Because it can be hard to break through our own protective wall.
We may have to start feeling that fear that made us want to be invisible in the first place.
We might realize that we have compromised ourselves.
We can feel overwhelmed. The outside world is too much. We can panic.
We can get stuck. We can feel like we are in a traffic jam.
Doors locked. Horns honking. But we want to move.
And then we want to scream “Let me out of here!”
Is it possible to be safe and feel protected while moving forward and getting somewhere?
When I ask myself this question now I think of the walking cardboard taxis.
I never really listened to her or was a big fan. Whenever I saw a picture of her, the only thing I could think of was,
That’s the girl from “You Can’t Do That on Television”.
Back then cable tv was brand new and my grandparent’s summer home had cable before we ever did. The Nickelodeon Channel was super cool to me, and it was fun watching buckets of slime fall on people’s heads.. That left a big impression on me...
Until I heard her again the other day while I was painting my son’s bedroom. It could have been because I was in a calm and semi-meditative state. Painting will do that to you. Or it could be that Alanis Morisette’s familiar, distinct and screachy voice broke me out of it.
This line jumped out at me:
I am high but I’m grounded.
and then a whole bunch of other seemingly contradictory terms:
I’m sane but but I’m overwhelmed
I’m lost but I’m hopeful
I’m free but I’m focused
I’m green but I’m wise
I’m sad but I’m laughing
oh, and this one’s the best:
I’m brave but I’m chickenshit.
Fast forward to the next day when I felt overwhelmed and needed to draw out my energy to ground and get unstuck. After drawing in my sketchbook and realizing that I needed support around the feelings of wanting to be seen and hidden at the same time Alanis’ song popped into my head again. So I went and looked at the video for Hand in My Pocket.
It brought me to a parade in New York City where I saw something familiar: puppets and people dressed in cardboard. Cardboard taxi cabs. With feet. When I lived in Philadelphia my husband and I were involved with social activism such as this with Spiral Q; people using creativity to express their thoughts, their wishes, their dreams. Making a statement. (Actually, we taught a class of children who decided they wanted to parade as cardboard french fries and donuts but that is another story.)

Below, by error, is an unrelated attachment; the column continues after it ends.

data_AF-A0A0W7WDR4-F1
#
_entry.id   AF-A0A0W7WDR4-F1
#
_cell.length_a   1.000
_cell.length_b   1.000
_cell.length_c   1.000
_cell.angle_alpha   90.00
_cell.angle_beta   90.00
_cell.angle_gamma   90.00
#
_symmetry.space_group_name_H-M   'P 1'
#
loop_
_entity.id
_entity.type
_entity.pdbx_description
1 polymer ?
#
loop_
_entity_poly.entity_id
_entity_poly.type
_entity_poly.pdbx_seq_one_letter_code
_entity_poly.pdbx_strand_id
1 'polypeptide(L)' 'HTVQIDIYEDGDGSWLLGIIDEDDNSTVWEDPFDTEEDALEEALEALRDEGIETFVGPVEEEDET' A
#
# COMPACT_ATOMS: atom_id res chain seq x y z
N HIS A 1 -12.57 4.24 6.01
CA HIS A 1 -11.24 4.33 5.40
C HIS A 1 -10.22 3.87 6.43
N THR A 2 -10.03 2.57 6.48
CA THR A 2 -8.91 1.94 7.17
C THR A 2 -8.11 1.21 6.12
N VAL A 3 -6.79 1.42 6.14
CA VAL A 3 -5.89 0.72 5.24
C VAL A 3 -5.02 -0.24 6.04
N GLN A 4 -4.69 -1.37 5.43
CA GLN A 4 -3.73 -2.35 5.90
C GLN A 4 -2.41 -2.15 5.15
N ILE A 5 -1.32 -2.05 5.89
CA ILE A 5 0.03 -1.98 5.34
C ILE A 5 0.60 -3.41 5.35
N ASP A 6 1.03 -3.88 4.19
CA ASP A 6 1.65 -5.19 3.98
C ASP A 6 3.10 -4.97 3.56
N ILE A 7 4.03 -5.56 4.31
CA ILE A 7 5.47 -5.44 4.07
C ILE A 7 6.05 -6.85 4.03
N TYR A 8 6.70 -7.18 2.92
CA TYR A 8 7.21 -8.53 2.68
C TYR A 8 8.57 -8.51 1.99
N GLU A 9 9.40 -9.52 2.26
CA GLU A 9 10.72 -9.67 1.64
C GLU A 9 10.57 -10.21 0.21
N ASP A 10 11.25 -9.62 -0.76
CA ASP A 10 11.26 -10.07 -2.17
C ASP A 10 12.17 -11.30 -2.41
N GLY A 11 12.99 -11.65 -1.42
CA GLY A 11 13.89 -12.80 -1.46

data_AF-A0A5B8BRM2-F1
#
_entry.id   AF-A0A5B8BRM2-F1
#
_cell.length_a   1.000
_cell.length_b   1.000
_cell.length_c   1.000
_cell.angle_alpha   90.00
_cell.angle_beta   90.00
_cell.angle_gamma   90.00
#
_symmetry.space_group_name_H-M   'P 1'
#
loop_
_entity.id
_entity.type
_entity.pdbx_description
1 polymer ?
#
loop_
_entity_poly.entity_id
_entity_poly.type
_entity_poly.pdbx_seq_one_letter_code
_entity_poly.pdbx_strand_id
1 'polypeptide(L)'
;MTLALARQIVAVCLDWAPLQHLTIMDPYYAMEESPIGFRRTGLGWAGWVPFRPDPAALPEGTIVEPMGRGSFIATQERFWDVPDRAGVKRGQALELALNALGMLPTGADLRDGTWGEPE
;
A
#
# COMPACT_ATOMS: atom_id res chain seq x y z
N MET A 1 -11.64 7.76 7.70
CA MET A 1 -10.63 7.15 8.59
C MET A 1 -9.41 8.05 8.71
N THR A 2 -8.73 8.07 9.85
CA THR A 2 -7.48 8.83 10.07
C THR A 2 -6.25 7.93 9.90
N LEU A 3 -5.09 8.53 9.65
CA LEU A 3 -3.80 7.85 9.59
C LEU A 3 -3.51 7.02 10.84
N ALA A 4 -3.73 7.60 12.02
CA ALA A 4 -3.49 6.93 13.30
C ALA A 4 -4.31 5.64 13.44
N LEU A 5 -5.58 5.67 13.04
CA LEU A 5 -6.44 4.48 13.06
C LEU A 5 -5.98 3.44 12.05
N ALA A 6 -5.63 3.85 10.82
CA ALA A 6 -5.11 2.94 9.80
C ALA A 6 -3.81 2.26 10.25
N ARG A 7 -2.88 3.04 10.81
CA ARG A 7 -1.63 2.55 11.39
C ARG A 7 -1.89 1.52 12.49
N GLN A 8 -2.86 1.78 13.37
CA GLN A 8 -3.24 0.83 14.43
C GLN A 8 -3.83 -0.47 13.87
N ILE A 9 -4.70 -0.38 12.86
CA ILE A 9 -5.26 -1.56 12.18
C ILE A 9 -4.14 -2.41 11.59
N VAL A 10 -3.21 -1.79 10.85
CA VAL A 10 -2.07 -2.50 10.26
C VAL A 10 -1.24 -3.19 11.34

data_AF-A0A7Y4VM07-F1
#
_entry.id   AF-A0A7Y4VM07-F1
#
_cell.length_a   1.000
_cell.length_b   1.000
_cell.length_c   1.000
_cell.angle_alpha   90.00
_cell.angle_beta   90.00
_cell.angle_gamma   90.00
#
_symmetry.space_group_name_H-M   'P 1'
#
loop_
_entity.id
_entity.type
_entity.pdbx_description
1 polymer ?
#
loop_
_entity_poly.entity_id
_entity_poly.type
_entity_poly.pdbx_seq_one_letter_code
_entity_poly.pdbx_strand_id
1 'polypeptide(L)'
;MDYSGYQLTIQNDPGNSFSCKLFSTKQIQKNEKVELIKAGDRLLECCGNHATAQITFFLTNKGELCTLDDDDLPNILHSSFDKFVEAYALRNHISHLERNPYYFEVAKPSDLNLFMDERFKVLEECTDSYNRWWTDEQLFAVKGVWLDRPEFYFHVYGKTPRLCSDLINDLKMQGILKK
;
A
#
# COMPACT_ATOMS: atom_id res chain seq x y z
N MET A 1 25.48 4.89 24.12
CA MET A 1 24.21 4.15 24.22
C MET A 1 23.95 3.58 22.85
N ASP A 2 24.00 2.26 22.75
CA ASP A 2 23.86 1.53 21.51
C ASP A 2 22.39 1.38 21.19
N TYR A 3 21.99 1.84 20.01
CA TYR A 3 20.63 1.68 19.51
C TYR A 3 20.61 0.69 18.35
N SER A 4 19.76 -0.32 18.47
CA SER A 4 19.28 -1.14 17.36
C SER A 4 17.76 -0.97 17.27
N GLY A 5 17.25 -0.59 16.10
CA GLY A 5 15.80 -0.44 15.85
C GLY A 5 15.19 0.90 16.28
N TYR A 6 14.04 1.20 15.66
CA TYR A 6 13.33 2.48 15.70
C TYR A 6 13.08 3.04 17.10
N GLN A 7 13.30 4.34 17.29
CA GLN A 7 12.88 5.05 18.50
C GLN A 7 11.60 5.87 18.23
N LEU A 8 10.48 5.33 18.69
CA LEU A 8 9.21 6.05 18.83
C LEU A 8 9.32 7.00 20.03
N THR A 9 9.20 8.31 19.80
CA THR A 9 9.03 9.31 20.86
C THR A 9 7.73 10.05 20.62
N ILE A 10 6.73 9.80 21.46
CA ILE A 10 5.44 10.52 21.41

As Alanis stood in downpouring rain in the middle of all of the hullabaloo of the parade, I got it.
And what it all comes down to my friends
Is that everything is just fine fine fine
‘cause I’ve got one hand in my pocket
And the other one is hailing a taxi cab
Once we recognize that we do not have to stay in the stuck traffic jam place, that we can actually do something while being supported, our power comes back and our voices can be heard. We can be high(happy) and grounded.
Just as we can create the steel walls of protection that lock us in, we can also create our own safe boundaries that allow us to stick our necks out, come in and out of our shell, enjoy and be fully present in the outside world. Because parades are fun!
Imagine you are the feet and you can create the cardboard taxi vehicle you are driving. You can paint it whatever color you like, cut it out into whatever shape you like. Put sparkles and glitter on the inside or warm fuzzy fur. It is your own pocket space. It makes you smile and feel loved. Now when it is time to go somewhere moving your feet is easier. Your body says, okay. Go.
And all of the wonders of New York is just a cab ride away.
Of course you will get stuck in some traffic here in there. Our minds can get away from us or things just happen in our day to day life that slow us down or make us have to rethink our direction and detour a bit.
That is when you pull out your sketchbook and draw...
or sing while driving, like Alanis.